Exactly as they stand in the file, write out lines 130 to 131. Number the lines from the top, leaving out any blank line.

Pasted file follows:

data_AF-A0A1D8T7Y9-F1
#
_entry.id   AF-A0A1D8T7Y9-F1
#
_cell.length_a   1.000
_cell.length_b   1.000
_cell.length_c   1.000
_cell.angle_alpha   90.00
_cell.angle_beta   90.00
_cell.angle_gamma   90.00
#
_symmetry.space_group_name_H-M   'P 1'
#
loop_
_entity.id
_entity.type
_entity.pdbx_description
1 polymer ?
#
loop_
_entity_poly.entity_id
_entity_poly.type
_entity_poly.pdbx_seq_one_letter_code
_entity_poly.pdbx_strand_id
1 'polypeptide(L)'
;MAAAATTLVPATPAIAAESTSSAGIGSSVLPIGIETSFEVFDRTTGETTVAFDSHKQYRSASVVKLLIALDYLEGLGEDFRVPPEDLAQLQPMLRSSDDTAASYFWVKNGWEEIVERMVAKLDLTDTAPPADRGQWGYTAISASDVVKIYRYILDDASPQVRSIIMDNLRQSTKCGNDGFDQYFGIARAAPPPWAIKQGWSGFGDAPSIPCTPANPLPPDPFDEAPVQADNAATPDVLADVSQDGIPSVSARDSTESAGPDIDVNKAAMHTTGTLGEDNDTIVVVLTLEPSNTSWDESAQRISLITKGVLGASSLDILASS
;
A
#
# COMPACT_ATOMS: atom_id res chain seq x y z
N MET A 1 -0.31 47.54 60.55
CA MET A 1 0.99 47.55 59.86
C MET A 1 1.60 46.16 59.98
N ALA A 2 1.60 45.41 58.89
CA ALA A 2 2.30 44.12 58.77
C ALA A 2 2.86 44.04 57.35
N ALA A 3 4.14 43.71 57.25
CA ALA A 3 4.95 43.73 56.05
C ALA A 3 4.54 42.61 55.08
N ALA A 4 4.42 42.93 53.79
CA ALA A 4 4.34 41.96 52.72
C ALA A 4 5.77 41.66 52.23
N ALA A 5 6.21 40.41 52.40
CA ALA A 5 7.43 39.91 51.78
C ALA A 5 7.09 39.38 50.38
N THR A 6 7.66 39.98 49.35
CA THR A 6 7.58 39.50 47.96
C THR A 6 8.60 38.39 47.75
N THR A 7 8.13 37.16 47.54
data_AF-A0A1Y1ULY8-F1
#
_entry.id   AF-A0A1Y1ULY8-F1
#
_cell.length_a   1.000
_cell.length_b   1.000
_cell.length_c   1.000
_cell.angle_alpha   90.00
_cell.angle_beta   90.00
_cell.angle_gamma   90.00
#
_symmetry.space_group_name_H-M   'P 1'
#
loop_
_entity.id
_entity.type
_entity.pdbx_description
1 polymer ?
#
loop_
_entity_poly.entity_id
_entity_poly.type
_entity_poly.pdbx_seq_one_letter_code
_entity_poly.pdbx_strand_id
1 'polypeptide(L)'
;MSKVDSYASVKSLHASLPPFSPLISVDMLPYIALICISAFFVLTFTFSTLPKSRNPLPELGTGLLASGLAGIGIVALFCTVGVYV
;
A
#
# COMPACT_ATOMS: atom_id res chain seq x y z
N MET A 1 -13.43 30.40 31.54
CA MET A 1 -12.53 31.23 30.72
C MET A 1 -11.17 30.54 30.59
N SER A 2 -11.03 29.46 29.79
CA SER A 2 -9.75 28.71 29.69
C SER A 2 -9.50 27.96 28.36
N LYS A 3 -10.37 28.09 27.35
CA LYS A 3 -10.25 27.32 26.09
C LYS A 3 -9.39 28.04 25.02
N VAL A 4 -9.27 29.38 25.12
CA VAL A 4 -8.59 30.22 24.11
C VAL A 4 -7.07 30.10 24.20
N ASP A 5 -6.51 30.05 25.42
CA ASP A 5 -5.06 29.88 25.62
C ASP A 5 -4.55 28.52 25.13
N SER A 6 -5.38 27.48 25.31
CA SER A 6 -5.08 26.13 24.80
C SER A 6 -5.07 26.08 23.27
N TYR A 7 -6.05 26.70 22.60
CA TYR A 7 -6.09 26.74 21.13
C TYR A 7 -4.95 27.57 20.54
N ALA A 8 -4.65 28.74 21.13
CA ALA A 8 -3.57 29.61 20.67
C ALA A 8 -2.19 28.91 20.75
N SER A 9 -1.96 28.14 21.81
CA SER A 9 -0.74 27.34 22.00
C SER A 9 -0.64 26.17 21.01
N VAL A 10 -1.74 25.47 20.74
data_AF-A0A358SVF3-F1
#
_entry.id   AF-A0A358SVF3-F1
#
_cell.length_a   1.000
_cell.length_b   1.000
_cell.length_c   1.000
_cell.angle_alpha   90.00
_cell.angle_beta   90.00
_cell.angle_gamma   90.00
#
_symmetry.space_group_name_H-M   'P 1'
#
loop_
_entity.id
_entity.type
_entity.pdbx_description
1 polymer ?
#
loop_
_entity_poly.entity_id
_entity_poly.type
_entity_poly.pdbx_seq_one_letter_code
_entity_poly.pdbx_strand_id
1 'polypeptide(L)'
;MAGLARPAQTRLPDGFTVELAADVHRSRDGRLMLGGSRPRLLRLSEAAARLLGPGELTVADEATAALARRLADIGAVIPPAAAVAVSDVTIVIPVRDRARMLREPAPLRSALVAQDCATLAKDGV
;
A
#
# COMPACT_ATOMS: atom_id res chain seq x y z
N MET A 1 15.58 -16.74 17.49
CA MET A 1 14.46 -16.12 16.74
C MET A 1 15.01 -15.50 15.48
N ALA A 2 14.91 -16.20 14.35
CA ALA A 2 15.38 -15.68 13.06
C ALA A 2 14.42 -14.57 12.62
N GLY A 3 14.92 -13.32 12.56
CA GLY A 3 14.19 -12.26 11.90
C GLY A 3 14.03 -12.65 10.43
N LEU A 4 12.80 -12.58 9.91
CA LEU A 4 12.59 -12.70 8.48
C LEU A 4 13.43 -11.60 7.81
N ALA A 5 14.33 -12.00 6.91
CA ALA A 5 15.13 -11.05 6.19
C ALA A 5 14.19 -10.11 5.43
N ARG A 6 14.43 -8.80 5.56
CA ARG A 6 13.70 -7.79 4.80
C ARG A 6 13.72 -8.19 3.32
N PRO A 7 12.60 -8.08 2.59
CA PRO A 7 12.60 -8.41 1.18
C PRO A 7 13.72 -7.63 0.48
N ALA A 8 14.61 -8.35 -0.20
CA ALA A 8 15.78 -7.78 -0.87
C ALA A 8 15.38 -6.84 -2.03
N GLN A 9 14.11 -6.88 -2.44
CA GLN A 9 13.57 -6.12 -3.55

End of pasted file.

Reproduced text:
_entity_poly.pdbx_seq_one_letter_code
_entity_poly.pdbx_strand_id